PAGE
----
• Security and compliance partners are a special subset of companies whose products extend Slack to address the areas such as data loss prevention, identity management, and e-discovery.
  • Promotional partners are those who provide discounted Slack plans to their customers.

Given Slack's prominence (having some 20% of the collaborative software market), it is no surprise that its partners include companies like IBM, Amazon, Deloitte, and PwC. However, the list also includes hundreds of lesser-known SaaS companies.

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How to build a SaaS partner program

Here are a few high-level things to remember for setting up and managing partner programs as part of your SaaS partner ecosystem.

Make sure your team is ready

Before you add a partner program, you must ensure your organization is ready. Have you reached product-market fit and successfully executed your growth plan?

Adding a partner program requires resources. Do you have those resources in place, or have they been allocated within the budget? Are you realistic with how much time and effort a new partner program will require?

Someone needs to be directly responsible for executing the program. Do you set up a separate partner team or create a cross-functional team with existing departments to set up and manage the partner program?

Determine the type of partner program you need

We've touched on several types of partner programs, though they can broadly be grouped as channel partnerships or technology partnerships. The underlying business need you are solving should help you determine the right partner program for your situation.

Do you need to break into a new market where you just aren’t getting traction? A reseller partnership may be the way to go. Do you need to increase sales without substantially increasing your sales team? A referral partnership might be right for you. Do you want to build integrations with a bunch of apps your customers use? A technology partnership with those vendors would support that need.

And, of course, what is your overall SaaS partner strategy? Will you only have a single program, or will you create several? Will the programs be similar or differ widely from each other?

Define your ideal partner

Your partner program should define some essential criteria for your partners (such as the type of partner: affiliate, reseller, tech, and so forth).

You should already have criteria to define your Ideal Customer Profile (ICP) for sales. In the same way, you should define an Ideal Partner Profile (IPP) for your partnership program.

Criteria should include size, market vertical, market penetration, and geographic region. Other criteria might include business culture, startup/business stage, or growth opportunity. The list of criteria should be detailed enough to help you narrow your focus to those partners who will best support the program you are establishing.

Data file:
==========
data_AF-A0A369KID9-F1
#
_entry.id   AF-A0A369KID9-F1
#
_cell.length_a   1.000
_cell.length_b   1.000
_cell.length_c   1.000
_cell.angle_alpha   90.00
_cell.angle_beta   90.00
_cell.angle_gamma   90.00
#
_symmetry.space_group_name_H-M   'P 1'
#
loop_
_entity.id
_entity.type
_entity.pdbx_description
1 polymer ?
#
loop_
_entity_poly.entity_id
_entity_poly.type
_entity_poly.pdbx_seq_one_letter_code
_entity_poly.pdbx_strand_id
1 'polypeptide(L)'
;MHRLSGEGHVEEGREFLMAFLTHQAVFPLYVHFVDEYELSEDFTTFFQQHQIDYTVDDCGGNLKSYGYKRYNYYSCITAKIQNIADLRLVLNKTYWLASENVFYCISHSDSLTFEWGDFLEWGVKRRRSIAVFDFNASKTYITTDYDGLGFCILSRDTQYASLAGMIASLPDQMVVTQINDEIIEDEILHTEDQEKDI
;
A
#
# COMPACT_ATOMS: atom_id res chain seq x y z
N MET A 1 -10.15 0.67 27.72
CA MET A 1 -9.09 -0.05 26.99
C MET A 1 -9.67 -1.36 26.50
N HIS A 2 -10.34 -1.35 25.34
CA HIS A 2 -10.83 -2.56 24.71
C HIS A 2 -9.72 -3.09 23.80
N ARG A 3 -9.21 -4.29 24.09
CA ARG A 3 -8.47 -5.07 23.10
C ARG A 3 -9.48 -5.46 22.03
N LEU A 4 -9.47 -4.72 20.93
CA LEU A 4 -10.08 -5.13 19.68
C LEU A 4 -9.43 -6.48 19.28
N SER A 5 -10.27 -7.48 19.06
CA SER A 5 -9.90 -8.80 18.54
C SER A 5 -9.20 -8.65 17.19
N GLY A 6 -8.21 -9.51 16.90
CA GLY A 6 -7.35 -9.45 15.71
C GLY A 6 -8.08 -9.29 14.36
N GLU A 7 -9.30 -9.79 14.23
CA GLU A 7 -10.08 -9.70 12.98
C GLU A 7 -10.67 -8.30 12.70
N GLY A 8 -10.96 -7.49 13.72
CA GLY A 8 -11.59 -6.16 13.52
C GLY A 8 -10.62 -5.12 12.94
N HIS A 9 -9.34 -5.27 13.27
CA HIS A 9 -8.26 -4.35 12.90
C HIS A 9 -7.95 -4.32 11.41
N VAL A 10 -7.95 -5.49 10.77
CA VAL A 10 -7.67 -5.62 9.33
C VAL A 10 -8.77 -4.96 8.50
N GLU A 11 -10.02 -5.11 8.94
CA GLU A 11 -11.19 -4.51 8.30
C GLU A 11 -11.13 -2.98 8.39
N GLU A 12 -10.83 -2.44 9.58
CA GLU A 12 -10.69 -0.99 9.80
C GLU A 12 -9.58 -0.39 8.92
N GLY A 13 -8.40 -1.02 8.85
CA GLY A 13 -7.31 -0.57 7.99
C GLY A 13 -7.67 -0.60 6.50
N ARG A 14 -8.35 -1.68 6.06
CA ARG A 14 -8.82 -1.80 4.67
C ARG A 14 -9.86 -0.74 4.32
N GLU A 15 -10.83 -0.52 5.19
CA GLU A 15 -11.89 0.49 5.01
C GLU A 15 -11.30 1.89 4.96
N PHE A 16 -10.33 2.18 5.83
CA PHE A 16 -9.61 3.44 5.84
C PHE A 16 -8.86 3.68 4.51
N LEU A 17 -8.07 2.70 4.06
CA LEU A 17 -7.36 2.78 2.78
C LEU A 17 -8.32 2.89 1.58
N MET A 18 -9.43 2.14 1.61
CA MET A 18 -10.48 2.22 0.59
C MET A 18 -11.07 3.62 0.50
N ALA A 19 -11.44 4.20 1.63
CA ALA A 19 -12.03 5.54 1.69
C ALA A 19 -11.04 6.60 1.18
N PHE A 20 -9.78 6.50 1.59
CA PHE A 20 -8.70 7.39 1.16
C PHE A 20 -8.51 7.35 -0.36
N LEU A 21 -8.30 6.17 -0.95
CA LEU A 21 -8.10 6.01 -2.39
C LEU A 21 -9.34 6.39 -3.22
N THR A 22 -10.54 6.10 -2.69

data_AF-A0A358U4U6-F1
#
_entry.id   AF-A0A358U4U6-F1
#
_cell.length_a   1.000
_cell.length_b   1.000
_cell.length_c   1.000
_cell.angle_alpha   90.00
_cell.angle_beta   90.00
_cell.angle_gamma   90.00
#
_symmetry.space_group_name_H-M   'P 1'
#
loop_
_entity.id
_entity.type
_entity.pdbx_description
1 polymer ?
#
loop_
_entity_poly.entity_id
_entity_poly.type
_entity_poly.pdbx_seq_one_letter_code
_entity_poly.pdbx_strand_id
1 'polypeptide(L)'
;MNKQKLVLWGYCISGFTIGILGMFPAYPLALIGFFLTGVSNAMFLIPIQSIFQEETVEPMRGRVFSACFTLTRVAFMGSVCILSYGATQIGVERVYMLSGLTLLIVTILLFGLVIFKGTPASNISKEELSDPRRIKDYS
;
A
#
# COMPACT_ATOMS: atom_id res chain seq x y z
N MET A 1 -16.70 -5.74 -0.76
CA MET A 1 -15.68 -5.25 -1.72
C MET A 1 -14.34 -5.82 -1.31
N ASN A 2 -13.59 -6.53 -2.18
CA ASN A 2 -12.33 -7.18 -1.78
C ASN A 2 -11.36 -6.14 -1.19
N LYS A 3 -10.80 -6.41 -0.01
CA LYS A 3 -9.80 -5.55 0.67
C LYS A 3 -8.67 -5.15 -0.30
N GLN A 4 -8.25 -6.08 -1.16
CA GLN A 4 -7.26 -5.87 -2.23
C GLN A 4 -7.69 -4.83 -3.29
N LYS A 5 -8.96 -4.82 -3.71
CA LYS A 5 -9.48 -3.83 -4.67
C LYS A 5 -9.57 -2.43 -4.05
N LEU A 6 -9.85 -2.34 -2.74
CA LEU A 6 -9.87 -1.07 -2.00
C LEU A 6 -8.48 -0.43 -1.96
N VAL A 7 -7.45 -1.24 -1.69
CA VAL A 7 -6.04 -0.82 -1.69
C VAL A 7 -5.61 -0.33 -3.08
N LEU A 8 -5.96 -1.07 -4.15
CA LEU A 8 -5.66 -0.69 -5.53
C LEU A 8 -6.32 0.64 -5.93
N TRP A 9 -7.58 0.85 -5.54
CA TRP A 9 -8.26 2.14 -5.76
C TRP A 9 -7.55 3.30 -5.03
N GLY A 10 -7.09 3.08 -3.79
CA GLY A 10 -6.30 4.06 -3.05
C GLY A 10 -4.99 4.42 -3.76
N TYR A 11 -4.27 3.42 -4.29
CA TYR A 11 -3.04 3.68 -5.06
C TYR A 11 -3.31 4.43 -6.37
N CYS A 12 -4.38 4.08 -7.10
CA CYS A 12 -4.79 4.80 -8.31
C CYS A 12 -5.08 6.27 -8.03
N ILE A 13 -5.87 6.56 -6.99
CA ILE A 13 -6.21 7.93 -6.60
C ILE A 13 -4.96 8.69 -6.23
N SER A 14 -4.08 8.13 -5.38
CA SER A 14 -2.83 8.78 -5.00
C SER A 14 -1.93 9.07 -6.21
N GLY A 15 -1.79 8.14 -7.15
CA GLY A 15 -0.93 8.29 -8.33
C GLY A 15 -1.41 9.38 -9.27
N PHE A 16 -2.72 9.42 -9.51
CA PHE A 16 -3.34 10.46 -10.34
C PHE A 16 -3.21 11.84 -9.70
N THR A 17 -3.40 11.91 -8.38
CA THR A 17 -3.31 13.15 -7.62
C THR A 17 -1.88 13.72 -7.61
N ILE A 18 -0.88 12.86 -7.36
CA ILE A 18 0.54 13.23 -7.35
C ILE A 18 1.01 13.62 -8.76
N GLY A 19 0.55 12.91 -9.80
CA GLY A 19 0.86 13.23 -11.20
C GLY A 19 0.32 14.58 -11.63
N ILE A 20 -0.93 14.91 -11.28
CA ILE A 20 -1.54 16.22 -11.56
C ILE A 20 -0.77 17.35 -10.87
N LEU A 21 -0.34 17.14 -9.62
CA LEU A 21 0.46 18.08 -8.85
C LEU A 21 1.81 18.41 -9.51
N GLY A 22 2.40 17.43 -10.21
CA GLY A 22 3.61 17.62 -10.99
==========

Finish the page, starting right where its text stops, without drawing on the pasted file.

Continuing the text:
Define the incentives and goals for the program

Incentives may be both internal and external. Internal incentives include commissions for signing up partners or meeting partner sales goals. External incentives for your partners may consist of one-time payments, revenue-sharing agreements, and co-marketing events.

We already touched on this concerning determining the type of partner program, but you'll also want to define specific goals for the program. It may be revenue ("Increase sales of X by 20%, using reseller partners"), visibility ("ensure that we are competing in 25% of the business in X vertical"), or something else entirely. And the goals must be tangible and quantifiable. In addition to internal goals for the program, you may wish to have specific goals for each partner.

Invite and onboard your partners

Once you've determined the pool of possible partners, you should invite them to the program. By now, you should have a solid idea of what you are trying to achieve with the program. You'll want to create a partner agreement (contract) that establishes roles and responsibilities for both parties, incentives, timeframes, and anything else germane to the program.

After the contracts are in place, it's time for your partner team to onboard the new folks. This will vary, of course, based on the program particulars. However, it will often include setting up the partners to access a partner dashboard or PRM (partnership management) software and providing them with specific product and program-specific documentation, which may include anything from marketing materials to technical guides.

Review and revise as you go

You'll likely see things that should change before you even get your SaaS partner program going. Are individual goals for partners more of a stretch than anticipated? Dial them back before your partners get frustrated. Did you get fewer partners than will be required to meet your overall goals? Review your partner criteria and see if you can add more partners to the program.

Once a particular partner program is up and running successfully, you can leverage what you've learned to put together other partner programs (for different geographic regions, market verticals, or organization sizes). The market keeps changing, and you'll need to keep refining your SaaS partner ecosystem to keep pace.

Partner programs move you forward

SaaS partner programs allow you to leverage other SaaS companies' connections and visibility to market, sell, implement, and support your products. Such partnerships can enable you to substantially extend your market presence without a corresponding increase in marketing costs.

Many partner programs primarily focus on revenue-sharing, but others focus on directly extending the capability and functionality of SaaS apps. Regardless of your current product stage and market maturity, partner programs provide many ways for you to move your product and company forward.

For more details, check out our deep dive posts for channel partnerships and tech partnerships.


About Prismatic

Prismatic is the integration platform for B2B software companies. It's the quickest way to build integrations to the other apps your customers use and to add a native integration marketplace to your product. A complete embedded iPaaS solution that empowers your whole organization, Prismatic encompasses an intuitive integration designer, embedded integration marketplace, integration deployment and support, and a purpose-built cloud infrastructure. Prismatic was built in a way developers love and provides the tools to make it perfectly fit the way you build software.